Federal judge delays until Feb. 1 BP fraud case against San Antonio attorney, 6 others

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GULFPORT, Mississippi — A federal judge has agreed to delay until Feb. 1 the BP fraud case against San Antonio attorney Mikal Watts and six others.

The Sun Herald reports (http://bit.ly/1LyZhdd) U.S. District Court Judge Louis Guirola Jr. found the evidence so voluminous that attorneys would need more time to prepare their defenses.

Watts wants to go to trial as soon as possible, his attorney Robert McDuff told the judge, because the case has been hanging over Watts' head since a February 2013 search of his law office was leaked to the media. McDuff said he was hired to defend Watts a short time later, but would drop his objection to one delay of the Dec. 7 court date because attorneys newer to the case will need more time to prepare.

The U.S. Attorney's Office and Secret Service investigated the case, indicting Watts, two non-attorney members of his law firm and four field workers on 95 charges each of conspiracy, wire fraud, mail fraud, identity theft and aggravated identify theft. The government claims the defendants manufactured victims of the BP oil catastrophe in 2010 to land Watts a spot on the lucrative BP litigation steering committee and inflate legal fees he might collect.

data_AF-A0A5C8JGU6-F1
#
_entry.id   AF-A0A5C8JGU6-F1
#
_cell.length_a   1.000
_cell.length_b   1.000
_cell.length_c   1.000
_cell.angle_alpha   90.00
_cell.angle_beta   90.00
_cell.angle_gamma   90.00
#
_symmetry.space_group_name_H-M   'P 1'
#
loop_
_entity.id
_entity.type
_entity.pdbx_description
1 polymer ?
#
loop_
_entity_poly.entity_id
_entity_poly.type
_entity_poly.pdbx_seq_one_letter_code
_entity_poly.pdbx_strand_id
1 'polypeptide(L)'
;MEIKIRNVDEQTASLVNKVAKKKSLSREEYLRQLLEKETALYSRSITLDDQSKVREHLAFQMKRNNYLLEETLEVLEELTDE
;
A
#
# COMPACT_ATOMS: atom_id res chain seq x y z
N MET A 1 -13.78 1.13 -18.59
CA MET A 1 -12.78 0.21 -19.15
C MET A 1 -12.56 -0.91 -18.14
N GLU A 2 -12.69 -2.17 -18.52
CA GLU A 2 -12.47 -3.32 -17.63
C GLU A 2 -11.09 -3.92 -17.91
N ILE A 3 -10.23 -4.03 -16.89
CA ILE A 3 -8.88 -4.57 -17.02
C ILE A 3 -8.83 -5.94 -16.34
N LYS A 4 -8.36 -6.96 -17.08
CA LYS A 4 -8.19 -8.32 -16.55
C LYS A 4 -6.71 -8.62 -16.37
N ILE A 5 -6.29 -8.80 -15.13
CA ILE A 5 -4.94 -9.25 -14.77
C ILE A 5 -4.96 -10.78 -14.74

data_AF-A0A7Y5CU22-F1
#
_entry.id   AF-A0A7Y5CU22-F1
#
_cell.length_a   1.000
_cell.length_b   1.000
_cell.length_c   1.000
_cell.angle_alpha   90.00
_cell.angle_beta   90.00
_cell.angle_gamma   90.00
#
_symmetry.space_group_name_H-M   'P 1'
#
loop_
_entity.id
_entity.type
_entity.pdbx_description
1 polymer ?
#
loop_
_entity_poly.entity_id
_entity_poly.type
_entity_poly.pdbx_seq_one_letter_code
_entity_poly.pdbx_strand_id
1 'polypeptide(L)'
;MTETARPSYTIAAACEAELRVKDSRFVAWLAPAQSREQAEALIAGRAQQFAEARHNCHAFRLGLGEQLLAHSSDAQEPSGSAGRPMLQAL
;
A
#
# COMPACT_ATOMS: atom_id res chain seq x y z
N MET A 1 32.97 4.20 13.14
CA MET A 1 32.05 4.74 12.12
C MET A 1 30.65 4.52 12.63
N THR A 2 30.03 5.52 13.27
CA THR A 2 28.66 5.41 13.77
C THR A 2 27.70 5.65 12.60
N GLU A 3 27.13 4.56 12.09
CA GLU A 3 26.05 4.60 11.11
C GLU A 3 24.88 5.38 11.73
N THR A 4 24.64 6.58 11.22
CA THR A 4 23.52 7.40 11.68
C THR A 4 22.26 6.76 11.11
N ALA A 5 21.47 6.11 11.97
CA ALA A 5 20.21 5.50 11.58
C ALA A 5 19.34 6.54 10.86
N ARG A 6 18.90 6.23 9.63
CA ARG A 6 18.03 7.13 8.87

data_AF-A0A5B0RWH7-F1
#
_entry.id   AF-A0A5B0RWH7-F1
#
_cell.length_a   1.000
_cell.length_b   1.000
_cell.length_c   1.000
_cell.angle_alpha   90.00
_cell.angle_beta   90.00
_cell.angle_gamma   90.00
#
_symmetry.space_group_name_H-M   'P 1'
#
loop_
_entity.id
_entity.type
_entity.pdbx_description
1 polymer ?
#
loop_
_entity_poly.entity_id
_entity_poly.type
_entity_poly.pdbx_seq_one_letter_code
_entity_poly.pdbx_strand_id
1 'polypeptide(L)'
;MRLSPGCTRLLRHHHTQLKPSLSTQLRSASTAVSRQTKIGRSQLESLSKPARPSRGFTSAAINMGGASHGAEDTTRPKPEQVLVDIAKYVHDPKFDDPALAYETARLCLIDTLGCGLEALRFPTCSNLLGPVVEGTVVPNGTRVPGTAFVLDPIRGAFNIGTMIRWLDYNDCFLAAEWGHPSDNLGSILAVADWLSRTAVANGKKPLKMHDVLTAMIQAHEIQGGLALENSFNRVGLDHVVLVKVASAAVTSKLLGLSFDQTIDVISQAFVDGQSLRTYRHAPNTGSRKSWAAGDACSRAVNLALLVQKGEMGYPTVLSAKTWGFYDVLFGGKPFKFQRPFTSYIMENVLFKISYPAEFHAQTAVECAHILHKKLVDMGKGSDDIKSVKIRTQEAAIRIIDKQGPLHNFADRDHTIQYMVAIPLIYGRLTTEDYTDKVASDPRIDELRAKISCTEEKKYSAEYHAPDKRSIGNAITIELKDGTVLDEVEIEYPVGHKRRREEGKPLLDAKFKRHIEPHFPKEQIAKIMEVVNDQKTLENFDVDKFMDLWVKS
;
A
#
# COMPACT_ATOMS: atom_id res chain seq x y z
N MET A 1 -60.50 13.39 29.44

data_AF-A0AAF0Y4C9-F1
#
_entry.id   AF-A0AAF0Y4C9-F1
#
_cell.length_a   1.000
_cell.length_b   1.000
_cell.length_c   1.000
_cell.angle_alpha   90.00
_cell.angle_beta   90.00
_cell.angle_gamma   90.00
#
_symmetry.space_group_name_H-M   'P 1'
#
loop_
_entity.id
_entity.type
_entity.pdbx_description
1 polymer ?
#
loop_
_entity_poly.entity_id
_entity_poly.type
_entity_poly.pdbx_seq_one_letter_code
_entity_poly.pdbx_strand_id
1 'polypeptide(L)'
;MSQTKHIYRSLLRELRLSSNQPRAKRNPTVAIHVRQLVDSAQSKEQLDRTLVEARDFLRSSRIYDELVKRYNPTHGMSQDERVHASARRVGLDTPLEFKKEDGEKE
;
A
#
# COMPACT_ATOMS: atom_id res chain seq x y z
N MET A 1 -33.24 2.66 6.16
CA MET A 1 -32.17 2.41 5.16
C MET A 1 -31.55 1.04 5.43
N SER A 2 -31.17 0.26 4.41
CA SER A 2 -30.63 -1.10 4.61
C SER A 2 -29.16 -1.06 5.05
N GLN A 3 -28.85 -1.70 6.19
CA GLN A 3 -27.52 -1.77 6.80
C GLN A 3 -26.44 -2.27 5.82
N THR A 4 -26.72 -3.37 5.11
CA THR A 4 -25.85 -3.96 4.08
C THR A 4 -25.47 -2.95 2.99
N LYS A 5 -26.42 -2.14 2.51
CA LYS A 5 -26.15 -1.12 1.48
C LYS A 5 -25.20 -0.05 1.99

Watts, an attorney who has earned millions suing corporations over client injuries, maintains his innocence, as do his co-defendants: brother David Watts and Wynter Lee, both of whom work in his law firm; and BP claim field representatives Hector Eloy Guerra of Weslaco, Texas, Gregory Warren of Lafayette, Louisiana; and Thi Houng Le and her sister-in-law, Thi Hoang Nguyen, both of Grand Bay, Alabama.

Warren and Le set up a BP claims office in the Biloxi area.

The government's case, with Assistant U.S. Attorney John Dowdy of Jackson serving as lead prosecutor, centers on 41 unidentified people whose personal information was allegedly submitted without their knowledge for compensation over losses the spill caused. They were falsely identified as seafood-industry workers, the government contends.

The government alleges Watts and his firm submitted the names of more than 40,000 victims in the consolidated BP case being managed by U.S. District Judge Carl Barbier in New Orleans. In the end, only four clients were found to be eligible for payments, the indictment says.

Information from: The Sun Herald, http://www.sunherald.com

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